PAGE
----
“Chronically ill workers take sick days, reducing the supply of labor—and, in the process, the GDP. When they do show up for work to avoid losing wages, they perform far below par—a circumstance known as “presenteeism,” in contrast to absenteeism. Output loss (indirect impacts) due to presenteeism (lower productivity) is immense—several times greater than losses associated with absenteeism. Last (but hardly a footnote), avoidable illness diverts the productive capacity of caregivers, adding to the reduction in labor supply for other uses. Combined, the indirect impacts of these diseases totaled just over $1 trillion in 2003.”
The Institute acknowledges that the “aging-associated diseases” described in the Longevity Dividend analyses, and the “chronic diseases” included in the Milken analyses, include diseases that do not fit within the definition of chronic degenerative diseases that will be eradicated as a result of the Hypothesis. For example, cancer is not a degenerative disease. We have no reason to believe that correcting the Complex X deficiency will prevent or cure cancer. To the extent that the term used by the Hypothesis – “chronic degenerative diseases” does not cover all of the “aging-associated diseases” or “chronic diseases” used by the academicians, the financial estimates of those analyses overstate the financial impact of the Hypothesis.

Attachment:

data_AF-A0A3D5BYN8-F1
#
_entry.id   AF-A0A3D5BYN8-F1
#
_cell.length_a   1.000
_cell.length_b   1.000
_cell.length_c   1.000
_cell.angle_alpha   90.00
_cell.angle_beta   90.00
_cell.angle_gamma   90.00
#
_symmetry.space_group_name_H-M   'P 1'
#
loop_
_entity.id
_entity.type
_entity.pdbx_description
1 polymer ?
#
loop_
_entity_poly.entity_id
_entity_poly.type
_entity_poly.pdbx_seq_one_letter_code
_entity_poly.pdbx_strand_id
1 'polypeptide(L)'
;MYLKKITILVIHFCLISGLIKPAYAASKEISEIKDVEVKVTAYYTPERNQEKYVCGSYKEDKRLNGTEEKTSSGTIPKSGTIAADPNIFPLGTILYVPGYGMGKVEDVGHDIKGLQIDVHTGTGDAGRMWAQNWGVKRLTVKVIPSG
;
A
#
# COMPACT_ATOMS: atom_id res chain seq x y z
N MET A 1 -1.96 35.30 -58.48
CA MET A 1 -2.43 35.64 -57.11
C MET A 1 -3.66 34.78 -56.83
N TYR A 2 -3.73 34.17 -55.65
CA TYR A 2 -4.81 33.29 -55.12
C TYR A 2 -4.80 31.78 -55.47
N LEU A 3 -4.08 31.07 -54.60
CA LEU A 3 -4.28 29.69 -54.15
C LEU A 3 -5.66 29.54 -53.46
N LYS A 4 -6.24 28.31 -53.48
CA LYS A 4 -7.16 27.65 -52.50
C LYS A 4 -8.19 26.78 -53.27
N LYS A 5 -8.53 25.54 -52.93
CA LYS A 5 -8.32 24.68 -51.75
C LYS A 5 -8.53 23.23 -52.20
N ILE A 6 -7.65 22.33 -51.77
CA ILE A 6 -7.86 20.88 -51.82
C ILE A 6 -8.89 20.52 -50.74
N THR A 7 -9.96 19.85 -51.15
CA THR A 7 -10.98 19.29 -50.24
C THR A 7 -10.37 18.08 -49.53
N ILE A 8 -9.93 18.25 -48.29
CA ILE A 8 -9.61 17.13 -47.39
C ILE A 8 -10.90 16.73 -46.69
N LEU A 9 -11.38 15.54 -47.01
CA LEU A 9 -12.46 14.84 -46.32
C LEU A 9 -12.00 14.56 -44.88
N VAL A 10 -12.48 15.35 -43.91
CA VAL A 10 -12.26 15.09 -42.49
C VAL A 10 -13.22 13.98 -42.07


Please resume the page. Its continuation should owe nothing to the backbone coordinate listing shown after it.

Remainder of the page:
On the other hand, there are a number of additional financial benefits that will be derived from the Hypothesis that are not included in those analyses. For example, the interventions prescribed by the Hypothesis will result in the better functioning of the immune systems of all humans, not just the elderly. Thus, with respect to workers of all ages, medical costs will decrease and productivity will increase as a result of workers suffering from fewer infectious diseases and/or recovering more quickly when they do contract such a disease.